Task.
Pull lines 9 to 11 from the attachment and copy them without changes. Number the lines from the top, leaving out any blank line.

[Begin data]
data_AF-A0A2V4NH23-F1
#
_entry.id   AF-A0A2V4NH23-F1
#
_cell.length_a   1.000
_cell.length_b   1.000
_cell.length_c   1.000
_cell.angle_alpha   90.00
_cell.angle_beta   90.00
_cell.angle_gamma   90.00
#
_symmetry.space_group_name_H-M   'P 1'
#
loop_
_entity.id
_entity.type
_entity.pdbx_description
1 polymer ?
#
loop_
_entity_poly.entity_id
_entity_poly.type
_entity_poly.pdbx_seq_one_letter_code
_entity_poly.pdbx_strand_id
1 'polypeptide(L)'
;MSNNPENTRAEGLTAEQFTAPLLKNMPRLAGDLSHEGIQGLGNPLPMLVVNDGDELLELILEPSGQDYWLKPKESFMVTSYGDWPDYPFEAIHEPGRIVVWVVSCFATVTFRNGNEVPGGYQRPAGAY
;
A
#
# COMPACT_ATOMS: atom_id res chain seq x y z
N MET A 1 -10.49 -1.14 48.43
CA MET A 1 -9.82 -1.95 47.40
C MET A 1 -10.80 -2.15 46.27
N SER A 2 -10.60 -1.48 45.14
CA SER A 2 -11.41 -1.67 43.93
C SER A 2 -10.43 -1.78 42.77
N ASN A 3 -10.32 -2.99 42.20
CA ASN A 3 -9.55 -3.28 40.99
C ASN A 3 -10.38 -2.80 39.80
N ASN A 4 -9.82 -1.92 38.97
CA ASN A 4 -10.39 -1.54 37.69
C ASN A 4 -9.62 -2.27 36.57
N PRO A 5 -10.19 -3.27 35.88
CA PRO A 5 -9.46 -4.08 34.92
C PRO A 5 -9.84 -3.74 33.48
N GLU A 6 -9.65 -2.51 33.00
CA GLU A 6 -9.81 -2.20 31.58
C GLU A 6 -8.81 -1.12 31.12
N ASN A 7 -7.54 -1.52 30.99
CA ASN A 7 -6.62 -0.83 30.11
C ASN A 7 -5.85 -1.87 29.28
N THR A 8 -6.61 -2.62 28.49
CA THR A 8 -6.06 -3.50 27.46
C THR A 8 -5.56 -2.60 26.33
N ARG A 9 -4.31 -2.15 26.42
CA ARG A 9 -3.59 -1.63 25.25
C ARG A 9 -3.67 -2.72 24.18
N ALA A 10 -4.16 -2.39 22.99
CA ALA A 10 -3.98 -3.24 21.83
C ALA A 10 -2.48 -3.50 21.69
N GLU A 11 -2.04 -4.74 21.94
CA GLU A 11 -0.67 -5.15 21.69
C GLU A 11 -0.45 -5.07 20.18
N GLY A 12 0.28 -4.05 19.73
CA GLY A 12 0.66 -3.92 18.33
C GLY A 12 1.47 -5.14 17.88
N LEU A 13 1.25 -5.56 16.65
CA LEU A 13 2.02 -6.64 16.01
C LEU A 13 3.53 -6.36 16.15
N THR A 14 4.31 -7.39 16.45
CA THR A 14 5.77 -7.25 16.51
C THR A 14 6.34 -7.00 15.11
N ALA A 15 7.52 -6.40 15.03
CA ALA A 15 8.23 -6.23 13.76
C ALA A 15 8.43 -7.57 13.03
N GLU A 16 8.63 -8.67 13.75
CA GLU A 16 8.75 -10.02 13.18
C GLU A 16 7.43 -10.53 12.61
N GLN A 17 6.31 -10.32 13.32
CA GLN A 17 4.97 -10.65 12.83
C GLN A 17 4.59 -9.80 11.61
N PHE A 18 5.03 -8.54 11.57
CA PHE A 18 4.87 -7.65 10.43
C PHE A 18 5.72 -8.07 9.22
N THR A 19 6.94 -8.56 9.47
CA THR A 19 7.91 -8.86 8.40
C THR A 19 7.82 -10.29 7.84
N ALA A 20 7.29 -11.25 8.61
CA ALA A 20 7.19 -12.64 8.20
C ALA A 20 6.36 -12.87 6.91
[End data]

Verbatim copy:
_cell.angle_beta   90.00
_cell.angle_gamma   90.00
#